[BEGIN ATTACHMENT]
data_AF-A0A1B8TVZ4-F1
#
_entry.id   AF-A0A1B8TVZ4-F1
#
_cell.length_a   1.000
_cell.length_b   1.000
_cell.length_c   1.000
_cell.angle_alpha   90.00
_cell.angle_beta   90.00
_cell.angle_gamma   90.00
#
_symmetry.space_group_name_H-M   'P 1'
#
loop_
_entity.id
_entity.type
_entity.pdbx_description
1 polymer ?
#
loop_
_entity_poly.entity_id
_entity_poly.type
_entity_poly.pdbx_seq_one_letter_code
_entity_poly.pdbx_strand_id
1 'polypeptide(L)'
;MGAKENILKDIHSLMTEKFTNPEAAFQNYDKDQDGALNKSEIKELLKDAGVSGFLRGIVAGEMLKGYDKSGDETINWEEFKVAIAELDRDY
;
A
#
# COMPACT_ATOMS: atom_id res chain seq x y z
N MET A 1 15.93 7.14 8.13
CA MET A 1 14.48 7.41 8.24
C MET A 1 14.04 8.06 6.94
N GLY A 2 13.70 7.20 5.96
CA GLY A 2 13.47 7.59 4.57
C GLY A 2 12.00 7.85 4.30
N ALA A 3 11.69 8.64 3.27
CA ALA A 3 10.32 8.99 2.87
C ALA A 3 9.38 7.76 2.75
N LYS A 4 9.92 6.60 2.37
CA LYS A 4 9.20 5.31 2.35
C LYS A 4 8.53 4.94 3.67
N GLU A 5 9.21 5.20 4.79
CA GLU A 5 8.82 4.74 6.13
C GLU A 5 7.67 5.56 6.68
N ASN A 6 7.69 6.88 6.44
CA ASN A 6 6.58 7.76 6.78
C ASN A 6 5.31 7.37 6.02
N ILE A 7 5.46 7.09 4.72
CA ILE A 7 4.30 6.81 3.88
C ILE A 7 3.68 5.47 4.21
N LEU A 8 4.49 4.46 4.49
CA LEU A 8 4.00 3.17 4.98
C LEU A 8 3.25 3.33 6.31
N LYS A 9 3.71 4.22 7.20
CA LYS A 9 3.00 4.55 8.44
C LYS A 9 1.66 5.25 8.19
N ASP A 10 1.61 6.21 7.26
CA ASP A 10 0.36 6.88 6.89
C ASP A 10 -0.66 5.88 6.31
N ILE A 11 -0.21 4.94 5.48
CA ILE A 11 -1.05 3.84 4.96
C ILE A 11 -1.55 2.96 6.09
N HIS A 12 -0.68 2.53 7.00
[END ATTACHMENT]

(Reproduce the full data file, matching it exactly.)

data_AF-A0A1B8TVZ4-F1
#
_entry.id   AF-A0A1B8TVZ4-F1
#
_cell.length_a   1.000
_cell.length_b   1.000
_cell.length_c   1.000
_cell.angle_alpha   90.00
_cell.angle_beta   90.00
_cell.angle_gamma   90.00
#
_symmetry.space_group_name_H-M   'P 1'
#
loop_
_entity.id
_entity.type
_entity.pdbx_description
1 polymer ?
#
loop_
_entity_poly.entity_id
_entity_poly.type
_entity_poly.pdbx_seq_one_letter_code
_entity_poly.pdbx_strand_id
1 'polypeptide(L)'
;MGAKENILKDIHSLMTEKFTNPEAAFQNYDKDQDGALNKSEIKELLKDAGVSGFLRGIVAGEMLKGYDKSGDETINWEEFKVAIAELDRDY
;
A
#
# COMPACT_ATOMS: atom_id res chain seq x y z
N MET A 1 15.93 7.14 8.13
CA MET A 1 14.48 7.41 8.24
C MET A 1 14.04 8.06 6.94
N GLY A 2 13.70 7.20 5.96
CA GLY A 2 13.47 7.59 4.57
C GLY A 2 12.00 7.85 4.30
N ALA A 3 11.69 8.64 3.27
CA ALA A 3 10.32 8.99 2.87
C ALA A 3 9.38 7.76 2.75
N LYS A 4 9.92 6.60 2.37
CA LYS A 4 9.20 5.31 2.35
C LYS A 4 8.53 4.94 3.67
N GLU A 5 9.21 5.20 4.79
CA GLU A 5 8.82 4.74 6.13
C GLU A 5 7.67 5.56 6.68
N ASN A 6 7.69 6.88 6.44
CA ASN A 6 6.58 7.76 6.78
C ASN A 6 5.31 7.37 6.02
N ILE A 7 5.46 7.09 4.72
CA ILE A 7 4.30 6.81 3.88
C ILE A 7 3.68 5.47 4.21
N LEU A 8 4.49 4.46 4.49
CA LEU A 8 4.00 3.17 4.98
C LEU A 8 3.25 3.33 6.31
N LYS A 9 3.71 4.22 7.20
CA LYS A 9 3.00 4.55 8.44
C LYS A 9 1.66 5.25 8.19
N ASP A 10 1.61 6.21 7.26
CA ASP A 10 0.36 6.88 6.89
C ASP A 10 -0.66 5.88 6.31
N ILE A 11 -0.21 4.94 5.48
CA ILE A 11 -1.05 3.84 4.96
C ILE A 11 -1.55 2.96 6.09
N HIS A 12 -0.68 2.53 7.00